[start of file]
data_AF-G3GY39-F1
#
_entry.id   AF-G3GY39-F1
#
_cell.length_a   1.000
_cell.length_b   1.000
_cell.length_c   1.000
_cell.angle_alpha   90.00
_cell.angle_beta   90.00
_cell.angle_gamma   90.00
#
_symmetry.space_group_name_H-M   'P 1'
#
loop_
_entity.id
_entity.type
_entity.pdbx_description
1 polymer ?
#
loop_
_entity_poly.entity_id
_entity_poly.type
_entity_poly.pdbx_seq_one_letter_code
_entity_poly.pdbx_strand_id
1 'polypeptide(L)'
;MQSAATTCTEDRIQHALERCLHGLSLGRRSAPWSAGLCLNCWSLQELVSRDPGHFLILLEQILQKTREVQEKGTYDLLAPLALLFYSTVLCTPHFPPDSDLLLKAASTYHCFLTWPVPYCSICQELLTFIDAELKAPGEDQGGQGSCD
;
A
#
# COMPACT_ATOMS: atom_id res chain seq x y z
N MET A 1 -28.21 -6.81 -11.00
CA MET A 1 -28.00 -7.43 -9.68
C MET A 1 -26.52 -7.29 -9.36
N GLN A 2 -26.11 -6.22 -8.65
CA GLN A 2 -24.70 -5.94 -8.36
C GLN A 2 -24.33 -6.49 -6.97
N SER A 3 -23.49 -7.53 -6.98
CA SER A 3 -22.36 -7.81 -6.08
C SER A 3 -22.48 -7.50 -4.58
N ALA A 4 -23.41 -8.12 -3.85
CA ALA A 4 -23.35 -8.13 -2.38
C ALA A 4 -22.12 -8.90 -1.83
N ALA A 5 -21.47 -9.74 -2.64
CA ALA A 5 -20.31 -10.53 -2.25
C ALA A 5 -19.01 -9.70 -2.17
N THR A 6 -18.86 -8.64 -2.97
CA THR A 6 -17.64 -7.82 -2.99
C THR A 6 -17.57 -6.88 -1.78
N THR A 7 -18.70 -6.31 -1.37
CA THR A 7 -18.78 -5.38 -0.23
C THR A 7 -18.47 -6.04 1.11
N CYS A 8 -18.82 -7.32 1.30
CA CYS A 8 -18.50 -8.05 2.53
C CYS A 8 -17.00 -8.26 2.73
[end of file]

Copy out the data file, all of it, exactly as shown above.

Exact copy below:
data_AF-G3GY39-F1
#
_entry.id   AF-G3GY39-F1
#
_cell.length_a   1.000
_cell.length_b   1.000
_cell.length_c   1.000
_cell.angle_alpha   90.00
_cell.angle_beta   90.00
_cell.angle_gamma   90.00
#
_symmetry.space_group_name_H-M   'P 1'
#
loop_
_entity.id
_entity.type
_entity.pdbx_description
1 polymer ?
#
loop_
_entity_poly.entity_id
_entity_poly.type
_entity_poly.pdbx_seq_one_letter_code
_entity_poly.pdbx_strand_id
1 'polypeptide(L)'
;MQSAATTCTEDRIQHALERCLHGLSLGRRSAPWSAGLCLNCWSLQELVSRDPGHFLILLEQILQKTREVQEKGTYDLLAPLALLFYSTVLCTPHFPPDSDLLLKAASTYHCFLTWPVPYCSICQELLTFIDAELKAPGEDQGGQGSCD
;
A
#
# COMPACT_ATOMS: atom_id res chain seq x y z
N MET A 1 -28.21 -6.81 -11.00
CA MET A 1 -28.00 -7.43 -9.68
C MET A 1 -26.52 -7.29 -9.36
N GLN A 2 -26.11 -6.22 -8.65
CA GLN A 2 -24.70 -5.94 -8.36
C GLN A 2 -24.33 -6.49 -6.97
N SER A 3 -23.49 -7.53 -6.98
CA SER A 3 -22.36 -7.81 -6.08
C SER A 3 -22.48 -7.50 -4.58
N ALA A 4 -23.41 -8.12 -3.85
CA ALA A 4 -23.35 -8.13 -2.38
C ALA A 4 -22.12 -8.90 -1.83
N ALA A 5 -21.47 -9.74 -2.64
CA ALA A 5 -20.31 -10.53 -2.25
C ALA A 5 -19.01 -9.70 -2.17
N THR A 6 -18.86 -8.64 -2.97
CA THR A 6 -17.64 -7.82 -2.99
C THR A 6 -17.57 -6.88 -1.78
N THR A 7 -18.70 -6.31 -1.37
CA THR A 7 -18.78 -5.38 -0.23
C THR A 7 -18.47 -6.04 1.11
N CYS A 8 -18.82 -7.32 1.30
CA CYS A 8 -18.50 -8.05 2.53
C CYS A 8 -17.00 -8.26 2.73